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Germany

Germany's Christian Democrats Agree on Stimulus Package

The party of Chancellor Angela Merkel has agreed on a second stimulus package to bolster the economy in the face of the global financial crisis. Other parties in the governing coalition are expected to follow.

Angela Merkel

Angela Merkel speaking in Erfurt as her party agrees on a second economic stimulus package

The 10-point-plan, agreed upon on Saturday, Jan 10, by the Christian Democrats (CDU) in the central city of Erfurt, is aimed at shoring up the economy and helping Merkel's campaign for chancellor later this year. She faces re-election in September.

The plan is expected to cost up to 50 billion euros ($68 billion) over the next two years, and will include investments in schools and infrastructure projects to protect jobs.

The plan will also set up a "Germany fund" which will help struggling firms get credit. It could offer guarantees up to 100 billion euros.

construction site

One focus will be on infrastructure projects

Taxes and health insurance contributions would be lowered and a change in the car taxation system from July would provide drivers incentives to switch to fuel-efficient vehicles.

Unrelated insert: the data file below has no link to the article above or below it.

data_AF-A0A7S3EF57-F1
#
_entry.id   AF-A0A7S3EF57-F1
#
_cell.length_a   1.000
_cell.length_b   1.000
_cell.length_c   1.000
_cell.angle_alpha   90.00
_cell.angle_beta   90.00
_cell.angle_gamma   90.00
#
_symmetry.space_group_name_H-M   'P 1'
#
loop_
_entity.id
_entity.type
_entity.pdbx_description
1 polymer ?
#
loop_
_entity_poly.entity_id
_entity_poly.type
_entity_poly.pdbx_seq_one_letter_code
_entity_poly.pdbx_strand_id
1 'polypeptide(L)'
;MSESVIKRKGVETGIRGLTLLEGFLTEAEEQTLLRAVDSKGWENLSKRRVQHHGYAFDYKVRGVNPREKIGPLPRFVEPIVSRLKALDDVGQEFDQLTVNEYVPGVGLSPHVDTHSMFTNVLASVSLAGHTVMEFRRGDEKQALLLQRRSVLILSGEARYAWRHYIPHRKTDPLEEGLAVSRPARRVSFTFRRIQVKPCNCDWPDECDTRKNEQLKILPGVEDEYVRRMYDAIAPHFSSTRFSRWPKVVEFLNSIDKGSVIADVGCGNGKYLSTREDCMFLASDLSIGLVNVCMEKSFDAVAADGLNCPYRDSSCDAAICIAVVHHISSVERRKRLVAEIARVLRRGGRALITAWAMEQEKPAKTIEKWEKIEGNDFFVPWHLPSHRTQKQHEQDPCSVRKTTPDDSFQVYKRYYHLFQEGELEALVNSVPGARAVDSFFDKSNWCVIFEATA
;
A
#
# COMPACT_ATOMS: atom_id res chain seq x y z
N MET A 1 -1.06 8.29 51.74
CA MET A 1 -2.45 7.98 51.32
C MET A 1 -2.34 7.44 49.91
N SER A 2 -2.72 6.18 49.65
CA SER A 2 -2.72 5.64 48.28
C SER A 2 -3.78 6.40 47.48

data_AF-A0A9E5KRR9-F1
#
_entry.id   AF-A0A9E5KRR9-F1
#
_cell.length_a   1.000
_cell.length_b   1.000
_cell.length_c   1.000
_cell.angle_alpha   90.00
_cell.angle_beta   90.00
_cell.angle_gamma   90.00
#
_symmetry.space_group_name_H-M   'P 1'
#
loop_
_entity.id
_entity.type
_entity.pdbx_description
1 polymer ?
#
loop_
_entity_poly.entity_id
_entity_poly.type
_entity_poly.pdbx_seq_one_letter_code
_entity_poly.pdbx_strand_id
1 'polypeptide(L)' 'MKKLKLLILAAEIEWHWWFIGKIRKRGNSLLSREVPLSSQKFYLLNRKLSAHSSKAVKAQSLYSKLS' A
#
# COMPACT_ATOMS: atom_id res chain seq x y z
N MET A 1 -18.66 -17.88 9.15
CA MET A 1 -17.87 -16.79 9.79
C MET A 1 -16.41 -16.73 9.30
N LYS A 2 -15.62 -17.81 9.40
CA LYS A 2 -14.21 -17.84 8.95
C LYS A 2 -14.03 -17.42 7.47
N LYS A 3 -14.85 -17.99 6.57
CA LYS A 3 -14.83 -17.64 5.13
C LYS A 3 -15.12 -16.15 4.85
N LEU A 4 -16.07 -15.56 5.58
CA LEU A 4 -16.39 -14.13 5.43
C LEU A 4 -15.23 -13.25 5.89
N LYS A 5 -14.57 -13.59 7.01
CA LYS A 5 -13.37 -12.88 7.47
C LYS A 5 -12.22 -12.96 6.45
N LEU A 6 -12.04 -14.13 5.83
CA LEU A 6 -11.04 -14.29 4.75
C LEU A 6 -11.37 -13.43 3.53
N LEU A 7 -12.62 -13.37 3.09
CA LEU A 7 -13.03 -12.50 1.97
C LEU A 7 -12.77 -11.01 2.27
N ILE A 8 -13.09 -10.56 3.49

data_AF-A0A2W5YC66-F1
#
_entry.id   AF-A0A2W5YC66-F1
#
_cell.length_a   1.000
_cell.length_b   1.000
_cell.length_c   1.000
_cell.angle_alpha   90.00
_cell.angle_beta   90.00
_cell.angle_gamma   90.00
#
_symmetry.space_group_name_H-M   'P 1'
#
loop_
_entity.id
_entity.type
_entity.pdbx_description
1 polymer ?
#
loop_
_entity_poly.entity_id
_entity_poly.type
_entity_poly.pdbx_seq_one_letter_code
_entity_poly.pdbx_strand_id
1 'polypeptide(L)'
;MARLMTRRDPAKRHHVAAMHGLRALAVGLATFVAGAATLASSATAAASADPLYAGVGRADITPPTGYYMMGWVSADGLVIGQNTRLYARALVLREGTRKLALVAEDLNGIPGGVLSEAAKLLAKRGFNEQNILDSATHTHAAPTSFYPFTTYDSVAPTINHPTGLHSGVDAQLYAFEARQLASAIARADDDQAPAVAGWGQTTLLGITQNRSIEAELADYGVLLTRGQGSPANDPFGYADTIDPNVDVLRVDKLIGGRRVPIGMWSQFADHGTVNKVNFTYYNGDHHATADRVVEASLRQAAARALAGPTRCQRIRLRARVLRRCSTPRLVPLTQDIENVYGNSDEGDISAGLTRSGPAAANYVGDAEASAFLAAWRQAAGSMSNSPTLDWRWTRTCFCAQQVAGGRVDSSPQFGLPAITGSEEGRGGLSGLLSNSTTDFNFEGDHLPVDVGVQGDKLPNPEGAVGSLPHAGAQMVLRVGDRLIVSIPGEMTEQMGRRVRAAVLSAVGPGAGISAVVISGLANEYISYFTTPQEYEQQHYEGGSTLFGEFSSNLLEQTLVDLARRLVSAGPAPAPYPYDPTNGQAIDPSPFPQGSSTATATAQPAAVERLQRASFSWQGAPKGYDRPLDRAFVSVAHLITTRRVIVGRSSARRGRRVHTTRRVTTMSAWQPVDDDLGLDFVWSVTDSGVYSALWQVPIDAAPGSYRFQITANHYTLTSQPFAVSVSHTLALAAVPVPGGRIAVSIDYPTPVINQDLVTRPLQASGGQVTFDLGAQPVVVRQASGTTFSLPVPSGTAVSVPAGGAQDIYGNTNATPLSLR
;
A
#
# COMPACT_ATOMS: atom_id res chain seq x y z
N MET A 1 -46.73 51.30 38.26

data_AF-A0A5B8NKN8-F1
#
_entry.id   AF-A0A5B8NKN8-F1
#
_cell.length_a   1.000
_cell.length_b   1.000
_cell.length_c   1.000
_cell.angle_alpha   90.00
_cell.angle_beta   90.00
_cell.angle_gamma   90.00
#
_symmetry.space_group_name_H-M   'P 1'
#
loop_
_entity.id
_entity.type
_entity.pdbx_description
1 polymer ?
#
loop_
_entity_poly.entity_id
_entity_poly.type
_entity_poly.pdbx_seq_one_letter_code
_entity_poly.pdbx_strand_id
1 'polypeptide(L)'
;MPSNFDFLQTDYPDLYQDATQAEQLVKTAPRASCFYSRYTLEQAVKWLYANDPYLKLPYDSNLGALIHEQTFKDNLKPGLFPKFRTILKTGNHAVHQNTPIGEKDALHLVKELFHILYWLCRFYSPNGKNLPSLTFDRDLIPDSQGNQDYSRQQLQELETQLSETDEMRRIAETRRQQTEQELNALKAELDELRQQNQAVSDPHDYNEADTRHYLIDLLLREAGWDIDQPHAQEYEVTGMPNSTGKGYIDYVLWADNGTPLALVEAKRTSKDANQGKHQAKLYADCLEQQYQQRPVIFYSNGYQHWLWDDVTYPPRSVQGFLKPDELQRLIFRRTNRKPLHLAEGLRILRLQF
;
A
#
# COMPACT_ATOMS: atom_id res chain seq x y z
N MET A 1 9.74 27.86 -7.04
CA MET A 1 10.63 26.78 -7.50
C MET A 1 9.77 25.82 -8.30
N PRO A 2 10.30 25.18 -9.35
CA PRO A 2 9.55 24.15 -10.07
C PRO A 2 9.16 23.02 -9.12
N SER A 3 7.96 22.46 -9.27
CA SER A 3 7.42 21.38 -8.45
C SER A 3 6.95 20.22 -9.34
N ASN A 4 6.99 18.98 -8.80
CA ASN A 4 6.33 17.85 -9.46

It would raise the threshold for income tax and reform the system to make sure taxpayers are not automatically bumped into higher tax brackets even if their real incomes have not grown.

There would also be a program to extend broadband Internet access.

Second time's a charm?

Merkel's conservatives and her governing coalition partners, the Social Democrats, launched a first stimulus package in November. But it was widely criticized as being too meager. While Berlin said the package was worth 31 billion euros ($42 billion), many countered that the numbers were massaged and it really amounted to much less.

Germany could see a severe economic contraction in 2009

Germany could see a severe economic contraction in 2009

The final amount of this second package will only become clear after Merkel's Bavarian sister party, the Christian Social Union (CSU), and the SPD agree on the plan in the coming days.

Speaking in Erfurt, Merkel said it was unclear how Europe's biggest economy, currently in recession, would perform over the coming year.

"I can't give you any binding answers," she said after the CDU agreed on the plan.

Many analysts has said they predict the German economy will contract by a record margin this year, with some saying GDP could shrink by four percent or even more. That would be an unwelcome record, since the German economy has never contracted by as much as one percent over a full year since World War Two.

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